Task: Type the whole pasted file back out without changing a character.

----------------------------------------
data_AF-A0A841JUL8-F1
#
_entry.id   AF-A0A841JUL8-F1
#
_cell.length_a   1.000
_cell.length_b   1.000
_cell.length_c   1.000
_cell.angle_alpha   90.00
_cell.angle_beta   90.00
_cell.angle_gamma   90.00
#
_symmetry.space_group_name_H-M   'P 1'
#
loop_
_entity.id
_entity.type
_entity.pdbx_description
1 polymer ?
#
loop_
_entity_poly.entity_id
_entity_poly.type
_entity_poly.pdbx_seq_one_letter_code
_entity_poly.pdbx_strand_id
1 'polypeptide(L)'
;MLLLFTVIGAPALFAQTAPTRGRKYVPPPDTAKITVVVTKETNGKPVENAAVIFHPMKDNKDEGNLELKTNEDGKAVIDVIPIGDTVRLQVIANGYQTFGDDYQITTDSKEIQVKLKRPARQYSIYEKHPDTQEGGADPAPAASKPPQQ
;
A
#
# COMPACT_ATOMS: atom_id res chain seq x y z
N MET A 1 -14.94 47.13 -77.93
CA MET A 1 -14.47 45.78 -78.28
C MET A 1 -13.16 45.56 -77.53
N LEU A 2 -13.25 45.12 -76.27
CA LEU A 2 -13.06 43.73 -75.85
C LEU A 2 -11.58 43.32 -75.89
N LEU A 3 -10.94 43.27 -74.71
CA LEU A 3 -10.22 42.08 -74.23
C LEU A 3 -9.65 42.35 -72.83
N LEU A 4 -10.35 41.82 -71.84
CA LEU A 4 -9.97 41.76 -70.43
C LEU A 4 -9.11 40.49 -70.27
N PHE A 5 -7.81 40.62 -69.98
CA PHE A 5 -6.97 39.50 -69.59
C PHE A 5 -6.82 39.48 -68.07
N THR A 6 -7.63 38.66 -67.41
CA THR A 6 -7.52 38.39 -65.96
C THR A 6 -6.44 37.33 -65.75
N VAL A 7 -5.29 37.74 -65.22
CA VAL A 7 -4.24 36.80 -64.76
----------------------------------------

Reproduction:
data_AF-A0A841JUL8-F1
#
_entry.id   AF-A0A841JUL8-F1
#
_cell.length_a   1.000
_cell.length_b   1.000
_cell.length_c   1.000
_cell.angle_alpha   90.00
_cell.angle_beta   90.00
_cell.angle_gamma   90.00
#
_symmetry.space_group_name_H-M   'P 1'
#
loop_
_entity.id
_entity.type
_entity.pdbx_description
1 polymer ?
#
loop_
_entity_poly.entity_id
_entity_poly.type
_entity_poly.pdbx_seq_one_letter_code
_entity_poly.pdbx_strand_id
1 'polypeptide(L)'
;MLLLFTVIGAPALFAQTAPTRGRKYVPPPDTAKITVVVTKETNGKPVENAAVIFHPMKDNKDEGNLELKTNEDGKAVIDVIPIGDTVRLQVIANGYQTFGDDYQITTDSKEIQVKLKRPARQYSIYEKHPDTQEGGADPAPAASKPPQQ
;
A
#
# COMPACT_ATOMS: atom_id res chain seq x y z
N MET A 1 -14.94 47.13 -77.93
CA MET A 1 -14.47 45.78 -78.28
C MET A 1 -13.16 45.56 -77.53
N LEU A 2 -13.25 45.12 -76.27
CA LEU A 2 -13.06 43.73 -75.85
C LEU A 2 -11.58 43.32 -75.89
N LEU A 3 -10.94 43.27 -74.71
CA LEU A 3 -10.22 42.08 -74.23
C LEU A 3 -9.65 42.35 -72.83
N LEU A 4 -10.35 41.82 -71.84
CA LEU A 4 -9.97 41.76 -70.43
C LEU A 4 -9.11 40.49 -70.27
N PHE A 5 -7.81 40.62 -69.98
CA PHE A 5 -6.97 39.50 -69.59
C PHE A 5 -6.82 39.48 -68.07
N THR A 6 -7.63 38.66 -67.41
CA THR A 6 -7.52 38.39 -65.96
C THR A 6 -6.44 37.33 -65.75
N VAL A 7 -5.29 37.74 -65.22
CA VAL A 7 -4.24 36.80 -64.76